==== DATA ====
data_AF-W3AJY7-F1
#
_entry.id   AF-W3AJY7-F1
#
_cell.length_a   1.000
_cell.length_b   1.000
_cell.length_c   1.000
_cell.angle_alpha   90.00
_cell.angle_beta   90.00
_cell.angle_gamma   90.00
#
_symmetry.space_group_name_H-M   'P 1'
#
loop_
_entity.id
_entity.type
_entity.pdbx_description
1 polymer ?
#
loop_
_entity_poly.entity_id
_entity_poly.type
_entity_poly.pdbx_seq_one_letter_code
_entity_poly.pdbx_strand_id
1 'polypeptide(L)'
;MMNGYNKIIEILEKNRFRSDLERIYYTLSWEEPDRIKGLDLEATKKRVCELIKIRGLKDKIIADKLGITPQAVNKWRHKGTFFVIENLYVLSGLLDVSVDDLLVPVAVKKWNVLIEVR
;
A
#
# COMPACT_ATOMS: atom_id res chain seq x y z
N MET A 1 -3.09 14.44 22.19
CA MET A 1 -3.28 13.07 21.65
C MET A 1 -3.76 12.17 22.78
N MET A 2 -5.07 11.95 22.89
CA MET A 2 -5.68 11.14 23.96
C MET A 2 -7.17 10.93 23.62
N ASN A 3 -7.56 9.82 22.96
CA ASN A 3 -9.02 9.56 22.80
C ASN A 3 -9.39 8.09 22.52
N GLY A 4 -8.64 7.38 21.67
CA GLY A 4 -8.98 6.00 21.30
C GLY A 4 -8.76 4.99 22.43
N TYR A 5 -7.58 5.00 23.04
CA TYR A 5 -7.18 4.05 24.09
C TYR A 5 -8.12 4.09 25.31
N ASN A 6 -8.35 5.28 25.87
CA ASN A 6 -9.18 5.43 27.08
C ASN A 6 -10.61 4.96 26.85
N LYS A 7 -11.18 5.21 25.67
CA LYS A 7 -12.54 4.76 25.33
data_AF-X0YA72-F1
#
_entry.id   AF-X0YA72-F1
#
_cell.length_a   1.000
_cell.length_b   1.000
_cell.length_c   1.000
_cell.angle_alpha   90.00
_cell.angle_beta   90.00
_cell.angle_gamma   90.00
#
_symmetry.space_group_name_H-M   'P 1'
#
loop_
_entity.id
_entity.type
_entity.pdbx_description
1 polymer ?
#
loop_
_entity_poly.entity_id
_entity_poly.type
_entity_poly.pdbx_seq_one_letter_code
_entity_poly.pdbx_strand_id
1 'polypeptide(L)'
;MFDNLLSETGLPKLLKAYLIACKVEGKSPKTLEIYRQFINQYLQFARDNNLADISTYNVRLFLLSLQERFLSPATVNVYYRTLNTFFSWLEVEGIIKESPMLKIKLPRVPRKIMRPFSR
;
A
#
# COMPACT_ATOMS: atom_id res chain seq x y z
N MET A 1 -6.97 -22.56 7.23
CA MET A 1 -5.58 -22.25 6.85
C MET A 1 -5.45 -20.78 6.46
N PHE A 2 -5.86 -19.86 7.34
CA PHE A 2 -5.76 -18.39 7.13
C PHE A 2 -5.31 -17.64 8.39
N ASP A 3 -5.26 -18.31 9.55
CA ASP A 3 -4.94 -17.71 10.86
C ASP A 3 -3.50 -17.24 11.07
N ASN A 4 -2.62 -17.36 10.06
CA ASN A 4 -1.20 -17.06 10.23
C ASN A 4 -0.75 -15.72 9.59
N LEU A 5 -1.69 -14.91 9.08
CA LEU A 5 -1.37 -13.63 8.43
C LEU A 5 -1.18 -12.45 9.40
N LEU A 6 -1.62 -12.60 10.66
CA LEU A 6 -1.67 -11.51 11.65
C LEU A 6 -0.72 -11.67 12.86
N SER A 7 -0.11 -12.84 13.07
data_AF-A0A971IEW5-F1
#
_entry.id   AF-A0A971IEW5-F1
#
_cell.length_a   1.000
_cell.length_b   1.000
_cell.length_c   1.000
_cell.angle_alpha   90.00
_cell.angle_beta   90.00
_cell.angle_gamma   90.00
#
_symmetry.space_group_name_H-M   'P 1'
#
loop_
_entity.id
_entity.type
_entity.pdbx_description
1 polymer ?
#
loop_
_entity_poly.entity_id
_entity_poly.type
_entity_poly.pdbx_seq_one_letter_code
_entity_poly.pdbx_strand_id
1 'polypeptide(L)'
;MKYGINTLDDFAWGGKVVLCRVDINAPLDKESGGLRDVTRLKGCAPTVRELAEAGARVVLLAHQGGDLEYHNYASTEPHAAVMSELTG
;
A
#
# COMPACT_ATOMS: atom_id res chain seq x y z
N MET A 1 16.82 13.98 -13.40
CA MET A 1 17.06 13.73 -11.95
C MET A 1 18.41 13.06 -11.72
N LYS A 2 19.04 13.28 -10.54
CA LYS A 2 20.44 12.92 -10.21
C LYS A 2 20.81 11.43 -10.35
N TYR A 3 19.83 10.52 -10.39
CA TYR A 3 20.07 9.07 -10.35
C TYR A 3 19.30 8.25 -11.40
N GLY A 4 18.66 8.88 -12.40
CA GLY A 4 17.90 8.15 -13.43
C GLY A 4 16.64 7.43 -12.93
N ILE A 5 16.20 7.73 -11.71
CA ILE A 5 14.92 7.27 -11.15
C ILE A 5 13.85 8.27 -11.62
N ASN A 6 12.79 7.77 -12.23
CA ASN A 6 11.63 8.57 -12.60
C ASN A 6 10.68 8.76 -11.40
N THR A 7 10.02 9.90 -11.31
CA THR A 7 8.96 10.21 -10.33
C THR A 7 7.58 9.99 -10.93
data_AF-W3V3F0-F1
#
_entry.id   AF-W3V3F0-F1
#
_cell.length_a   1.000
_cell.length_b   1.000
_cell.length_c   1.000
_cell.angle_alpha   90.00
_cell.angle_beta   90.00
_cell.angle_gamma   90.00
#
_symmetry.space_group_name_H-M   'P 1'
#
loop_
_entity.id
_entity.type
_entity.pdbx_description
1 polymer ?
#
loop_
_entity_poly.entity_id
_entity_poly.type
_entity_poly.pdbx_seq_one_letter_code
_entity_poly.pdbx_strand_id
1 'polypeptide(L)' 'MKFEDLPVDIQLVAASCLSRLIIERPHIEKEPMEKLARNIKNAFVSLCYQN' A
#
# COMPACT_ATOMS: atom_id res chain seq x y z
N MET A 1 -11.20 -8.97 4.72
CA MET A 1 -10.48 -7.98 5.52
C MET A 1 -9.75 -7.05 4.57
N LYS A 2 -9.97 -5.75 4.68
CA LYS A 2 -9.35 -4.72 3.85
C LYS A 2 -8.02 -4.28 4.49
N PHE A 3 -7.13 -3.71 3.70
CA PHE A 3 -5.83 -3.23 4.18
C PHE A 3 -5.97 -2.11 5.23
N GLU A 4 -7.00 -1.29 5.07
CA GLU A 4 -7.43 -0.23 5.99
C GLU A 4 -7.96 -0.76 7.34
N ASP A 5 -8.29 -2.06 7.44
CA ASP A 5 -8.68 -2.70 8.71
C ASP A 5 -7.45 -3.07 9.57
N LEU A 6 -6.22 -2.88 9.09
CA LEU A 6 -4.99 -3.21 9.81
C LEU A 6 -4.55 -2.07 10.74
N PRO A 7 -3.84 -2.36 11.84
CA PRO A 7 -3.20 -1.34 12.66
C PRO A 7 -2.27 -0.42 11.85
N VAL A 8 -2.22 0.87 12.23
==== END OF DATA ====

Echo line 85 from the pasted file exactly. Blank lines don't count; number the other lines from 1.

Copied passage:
CA PHE A 2 -5.76 -18.39 7.13